Sir Henry Thomas Tizard (1885 - 1959) was a British scientist and inventor.
Tizard's ambition to join the navy was thwarted by poor eyesight and he instead studied at Westminster School and Magdalen College, Oxford where he concentrated on mathematics and chemistry, doing work on indicators and the motions of ions in gases in 1911.
"The secret of science" he once said "is to ask the right question, and it is the choice of problem more than anything else that marks the man of genius in the scientific world." Tizard's chosen problem became aeronautics. At the outbreak of the first world war he joined first the Royal Garrison Artillery (where his training methods were famously bizarre) and then experimental equipment officer to the Royal Flying Corps and learned to fly planes - seemingly his eyesight had improved - acting as his own test pilot for making aerodynamical observations. When his superior Bertram Hopkinson was moved to the Ministry of Munitions, Tizard went with him. When Hopkinson died in 1918 Tizard took over his post.
After the war he was made Reader in Chemical Thermodynamics at Oxford where he experimented in the composition of fuel trying to find compounds which were resistant to freezing and less volatile, devising the concept of toluene numbers - now referred to as octane numbers . After this work (largely for Shell) he took up again a government post as assistant secretary to the Department of Scientific and Industrial Research. His successes in this post (and after promotions to permanent secretary) included the establishment of the post of the Chemical Research Laboratory in Teddington, the appointment of a Director of Scientific Research to the Air Force (H. E. Wimperis) and finally the decision to leave to become rector of Imperial College, London, in 1929, a position he held until 1942.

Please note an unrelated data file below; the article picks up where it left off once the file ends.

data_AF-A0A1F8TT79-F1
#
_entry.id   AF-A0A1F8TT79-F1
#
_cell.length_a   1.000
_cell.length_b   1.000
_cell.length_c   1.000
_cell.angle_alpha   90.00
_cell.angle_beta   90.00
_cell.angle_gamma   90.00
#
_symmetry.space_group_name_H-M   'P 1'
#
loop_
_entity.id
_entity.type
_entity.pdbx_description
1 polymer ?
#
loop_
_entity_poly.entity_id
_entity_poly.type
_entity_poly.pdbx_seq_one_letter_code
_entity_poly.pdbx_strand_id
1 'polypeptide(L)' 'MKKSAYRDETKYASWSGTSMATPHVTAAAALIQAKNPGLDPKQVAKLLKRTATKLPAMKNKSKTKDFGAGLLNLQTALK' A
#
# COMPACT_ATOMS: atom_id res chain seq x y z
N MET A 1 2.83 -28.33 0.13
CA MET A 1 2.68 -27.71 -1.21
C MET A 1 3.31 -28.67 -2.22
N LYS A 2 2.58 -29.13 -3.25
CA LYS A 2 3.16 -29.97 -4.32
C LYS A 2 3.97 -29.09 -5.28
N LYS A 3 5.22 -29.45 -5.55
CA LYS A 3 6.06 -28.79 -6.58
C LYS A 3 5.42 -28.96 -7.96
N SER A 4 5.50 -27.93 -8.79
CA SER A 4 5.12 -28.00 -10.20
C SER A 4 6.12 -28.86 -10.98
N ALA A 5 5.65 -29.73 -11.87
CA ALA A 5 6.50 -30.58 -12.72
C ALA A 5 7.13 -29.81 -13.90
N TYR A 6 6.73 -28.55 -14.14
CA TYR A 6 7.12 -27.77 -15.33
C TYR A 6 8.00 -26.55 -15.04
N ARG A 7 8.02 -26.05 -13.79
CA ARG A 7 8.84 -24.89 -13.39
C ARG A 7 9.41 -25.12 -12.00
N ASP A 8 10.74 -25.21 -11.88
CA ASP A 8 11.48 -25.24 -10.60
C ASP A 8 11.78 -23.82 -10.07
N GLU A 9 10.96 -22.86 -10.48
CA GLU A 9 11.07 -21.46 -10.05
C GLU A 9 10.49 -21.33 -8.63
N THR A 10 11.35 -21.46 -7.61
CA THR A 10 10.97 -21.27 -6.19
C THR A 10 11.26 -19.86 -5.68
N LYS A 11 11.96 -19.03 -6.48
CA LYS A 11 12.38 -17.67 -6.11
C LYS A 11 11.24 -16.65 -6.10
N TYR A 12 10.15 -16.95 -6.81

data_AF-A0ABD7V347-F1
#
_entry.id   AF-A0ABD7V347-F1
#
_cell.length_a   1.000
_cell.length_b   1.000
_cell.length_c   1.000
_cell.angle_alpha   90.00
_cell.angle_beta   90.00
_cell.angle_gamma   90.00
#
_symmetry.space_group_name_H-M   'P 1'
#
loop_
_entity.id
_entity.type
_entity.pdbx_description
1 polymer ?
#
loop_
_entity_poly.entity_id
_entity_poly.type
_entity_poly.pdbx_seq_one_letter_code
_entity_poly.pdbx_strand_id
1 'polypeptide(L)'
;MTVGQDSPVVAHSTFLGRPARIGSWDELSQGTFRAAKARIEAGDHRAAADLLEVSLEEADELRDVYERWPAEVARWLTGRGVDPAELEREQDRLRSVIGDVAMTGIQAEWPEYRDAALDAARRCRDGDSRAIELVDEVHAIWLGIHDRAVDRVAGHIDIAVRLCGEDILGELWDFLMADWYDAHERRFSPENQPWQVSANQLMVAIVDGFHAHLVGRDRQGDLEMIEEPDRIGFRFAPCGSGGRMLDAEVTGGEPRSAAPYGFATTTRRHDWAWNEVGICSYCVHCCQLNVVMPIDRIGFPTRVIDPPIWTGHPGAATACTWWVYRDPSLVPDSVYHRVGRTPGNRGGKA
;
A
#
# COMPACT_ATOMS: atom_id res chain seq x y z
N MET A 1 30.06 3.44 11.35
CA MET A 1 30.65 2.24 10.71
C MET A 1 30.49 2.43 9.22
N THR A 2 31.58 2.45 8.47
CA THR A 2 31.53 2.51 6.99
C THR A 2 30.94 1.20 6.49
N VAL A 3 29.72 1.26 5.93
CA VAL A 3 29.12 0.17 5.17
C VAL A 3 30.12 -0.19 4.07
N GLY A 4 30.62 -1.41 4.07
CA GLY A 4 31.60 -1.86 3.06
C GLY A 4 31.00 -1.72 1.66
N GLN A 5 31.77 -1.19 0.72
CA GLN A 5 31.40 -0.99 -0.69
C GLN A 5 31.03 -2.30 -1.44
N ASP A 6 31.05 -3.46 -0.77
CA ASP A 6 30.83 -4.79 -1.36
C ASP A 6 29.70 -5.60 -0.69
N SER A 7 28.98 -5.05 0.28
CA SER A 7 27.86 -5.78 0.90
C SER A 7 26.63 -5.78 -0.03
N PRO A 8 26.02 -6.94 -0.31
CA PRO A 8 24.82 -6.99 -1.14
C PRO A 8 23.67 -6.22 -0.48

In 1933 Tizard was appointed as chairman of the Aeronautical Research Committee and served in this post for most of the Second World War.
In 1940 Tizard led what became known as the Tizard Mission to the United States, which introduced to the US, amongst others, the resonant-cavity magnetron and other British radar developments, the Whittle gas turbine, and the British Tube Alloys project.
After the war Tizard served as chairman of the Defence Research Policy Committee and president of the British Association. He died in 1959.